"Do We Concede the Run?"I have a number of baseball tales that I love sharing. Honestly, this is my favorite.
Summer 1988. My Dwight Pony League baseball team was matched against a team from Streator, Illinois. One of my high school friends, Tony Parker, patrolled first base. Nobody ever accused Tony of hiding a dictionary in his back pocket, but I guess that was what we appreciated about him. Perhaps that is what transforms a routine error into a timeless tale.
During this particular game, I was on the bench next to Chad Heenan. Chad was a big guy who loved sports as much as he loved food. Chad and I sat back and watched the game from the dugout on the first base side.
Our Pony League coach was Howie Rub, a blond-haired sports legend from our high school. I cannot remember if he was a college student at that point, or if he just completed his degree. Either way, he paced in our dugout.
"Hey, coach," Tony said, shading his eyes with his glove. He stood a few feet from the bag, kicking dirt.
Streator had runners on first and third with no outs in the inning. I cannot remember the score, but I know we were losing because we had not scored yet.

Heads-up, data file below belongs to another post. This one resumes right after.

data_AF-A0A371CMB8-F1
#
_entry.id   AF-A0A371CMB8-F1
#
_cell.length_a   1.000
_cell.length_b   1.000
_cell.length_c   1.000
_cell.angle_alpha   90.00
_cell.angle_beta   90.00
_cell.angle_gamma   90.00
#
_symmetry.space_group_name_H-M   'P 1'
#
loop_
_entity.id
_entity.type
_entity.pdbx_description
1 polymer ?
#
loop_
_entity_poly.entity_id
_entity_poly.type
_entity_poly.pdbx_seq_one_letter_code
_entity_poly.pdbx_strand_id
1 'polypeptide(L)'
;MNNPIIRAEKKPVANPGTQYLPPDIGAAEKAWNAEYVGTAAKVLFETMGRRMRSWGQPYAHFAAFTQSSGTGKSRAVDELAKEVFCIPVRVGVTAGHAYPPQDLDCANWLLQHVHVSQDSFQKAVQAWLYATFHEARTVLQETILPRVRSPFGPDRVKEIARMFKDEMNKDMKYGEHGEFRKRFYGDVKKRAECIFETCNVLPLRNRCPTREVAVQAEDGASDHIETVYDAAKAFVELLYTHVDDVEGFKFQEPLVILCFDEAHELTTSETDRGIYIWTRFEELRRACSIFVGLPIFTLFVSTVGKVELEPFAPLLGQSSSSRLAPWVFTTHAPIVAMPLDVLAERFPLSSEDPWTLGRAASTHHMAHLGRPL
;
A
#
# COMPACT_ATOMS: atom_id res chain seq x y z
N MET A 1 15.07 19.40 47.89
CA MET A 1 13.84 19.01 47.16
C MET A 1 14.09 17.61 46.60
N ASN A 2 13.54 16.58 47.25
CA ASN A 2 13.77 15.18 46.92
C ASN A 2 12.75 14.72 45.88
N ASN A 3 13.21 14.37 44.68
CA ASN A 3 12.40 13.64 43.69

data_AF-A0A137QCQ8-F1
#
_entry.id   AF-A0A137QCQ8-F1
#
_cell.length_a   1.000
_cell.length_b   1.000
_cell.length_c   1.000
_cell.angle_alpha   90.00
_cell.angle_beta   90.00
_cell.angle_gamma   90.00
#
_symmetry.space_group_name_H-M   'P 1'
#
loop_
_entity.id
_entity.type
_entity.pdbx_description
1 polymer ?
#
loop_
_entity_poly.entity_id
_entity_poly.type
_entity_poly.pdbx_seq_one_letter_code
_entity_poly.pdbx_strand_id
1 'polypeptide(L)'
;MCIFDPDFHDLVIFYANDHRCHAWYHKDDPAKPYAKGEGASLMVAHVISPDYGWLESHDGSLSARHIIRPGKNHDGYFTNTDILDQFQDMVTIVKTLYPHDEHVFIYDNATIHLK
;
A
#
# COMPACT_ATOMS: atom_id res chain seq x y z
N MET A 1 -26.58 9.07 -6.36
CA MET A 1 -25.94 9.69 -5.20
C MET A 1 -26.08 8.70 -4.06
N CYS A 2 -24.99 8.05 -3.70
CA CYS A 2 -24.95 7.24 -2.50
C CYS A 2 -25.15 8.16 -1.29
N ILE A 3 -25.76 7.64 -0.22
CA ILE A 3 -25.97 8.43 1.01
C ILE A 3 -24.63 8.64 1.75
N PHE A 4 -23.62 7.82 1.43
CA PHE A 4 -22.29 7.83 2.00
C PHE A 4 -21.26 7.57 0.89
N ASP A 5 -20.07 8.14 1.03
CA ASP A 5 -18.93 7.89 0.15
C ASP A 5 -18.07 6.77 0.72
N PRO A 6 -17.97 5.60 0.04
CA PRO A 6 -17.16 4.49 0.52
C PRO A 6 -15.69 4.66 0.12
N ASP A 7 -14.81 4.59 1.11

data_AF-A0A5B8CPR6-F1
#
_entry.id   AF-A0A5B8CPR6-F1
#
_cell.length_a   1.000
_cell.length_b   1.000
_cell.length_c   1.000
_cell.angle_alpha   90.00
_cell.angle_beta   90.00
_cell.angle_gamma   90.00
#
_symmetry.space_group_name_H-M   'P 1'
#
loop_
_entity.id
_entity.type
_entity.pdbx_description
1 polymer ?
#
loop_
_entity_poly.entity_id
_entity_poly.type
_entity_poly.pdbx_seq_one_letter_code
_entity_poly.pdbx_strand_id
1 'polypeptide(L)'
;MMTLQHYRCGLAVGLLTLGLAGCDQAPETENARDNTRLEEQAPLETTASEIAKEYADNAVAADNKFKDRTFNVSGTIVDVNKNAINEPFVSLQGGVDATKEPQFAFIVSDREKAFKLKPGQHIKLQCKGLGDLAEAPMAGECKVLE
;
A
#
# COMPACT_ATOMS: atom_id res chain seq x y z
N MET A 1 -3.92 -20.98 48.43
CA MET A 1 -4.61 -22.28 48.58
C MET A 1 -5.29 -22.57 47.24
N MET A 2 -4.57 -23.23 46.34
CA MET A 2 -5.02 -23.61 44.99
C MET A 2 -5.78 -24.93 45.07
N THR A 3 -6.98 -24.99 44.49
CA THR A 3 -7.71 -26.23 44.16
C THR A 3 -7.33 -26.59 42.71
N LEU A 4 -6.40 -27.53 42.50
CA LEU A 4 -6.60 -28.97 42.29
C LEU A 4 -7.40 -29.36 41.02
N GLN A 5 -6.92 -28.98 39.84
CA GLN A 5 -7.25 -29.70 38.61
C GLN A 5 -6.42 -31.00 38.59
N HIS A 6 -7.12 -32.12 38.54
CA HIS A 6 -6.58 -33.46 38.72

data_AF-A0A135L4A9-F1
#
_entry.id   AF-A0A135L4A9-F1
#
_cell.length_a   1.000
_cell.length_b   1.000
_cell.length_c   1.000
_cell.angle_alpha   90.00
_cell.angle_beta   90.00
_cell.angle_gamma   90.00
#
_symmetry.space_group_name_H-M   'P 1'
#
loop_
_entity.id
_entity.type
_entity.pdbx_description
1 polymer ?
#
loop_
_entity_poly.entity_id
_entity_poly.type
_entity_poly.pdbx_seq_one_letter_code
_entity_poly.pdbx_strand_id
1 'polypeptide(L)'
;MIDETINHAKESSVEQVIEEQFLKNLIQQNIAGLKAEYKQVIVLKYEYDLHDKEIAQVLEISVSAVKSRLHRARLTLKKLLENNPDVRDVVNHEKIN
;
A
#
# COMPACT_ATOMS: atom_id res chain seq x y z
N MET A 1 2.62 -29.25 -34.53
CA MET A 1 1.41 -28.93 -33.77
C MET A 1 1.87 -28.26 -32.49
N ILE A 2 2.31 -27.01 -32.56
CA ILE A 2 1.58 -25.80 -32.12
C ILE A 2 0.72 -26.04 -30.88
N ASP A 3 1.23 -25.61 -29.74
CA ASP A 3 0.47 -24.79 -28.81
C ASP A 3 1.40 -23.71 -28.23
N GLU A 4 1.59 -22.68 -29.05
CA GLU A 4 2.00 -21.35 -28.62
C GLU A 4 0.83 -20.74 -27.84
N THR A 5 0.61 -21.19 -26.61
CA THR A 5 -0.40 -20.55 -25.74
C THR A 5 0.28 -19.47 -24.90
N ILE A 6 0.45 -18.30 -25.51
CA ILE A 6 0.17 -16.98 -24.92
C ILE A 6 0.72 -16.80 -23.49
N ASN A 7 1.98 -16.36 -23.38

"Coach, are we conceding the run?" Tony asked.
"Yes, concede the run," Howie said.
Chad and I locked stares. "He doesn't know what that means," we said, in unison. Anyone who follows baseball understands what it means to "concede the run." When a team concedes the run, they allow the runner on third to score to settle for the easy out. This strategy keeps your team from giving up a big inning. Simple technique.
"Okay," Tony said, moving into fielding position.
The batter slapped the first pitch to Tony at first base. Tony lowered all six-foot-plus of his frame to the dirt to scoop up the grounder. Rather than stepping on first base for the easy out, our first baseman fielded the ball and fired to the catcher. Naturally, our catcher was out of position because he knew that we decided to concede the run. Tony launched a rocket over our catcher's head and drilled the backstop. The runner from third scored, the runner on first advanced to third, and the batter landed upon second base. Streator still had no outs.
"Hey, Tony," Howie said, barking at his first baseman.
Tony kicked some dirt around the bag.
"Do you know what it means to concede the run?" Howie asked.
Tony turned to our coach. "Nope," he said.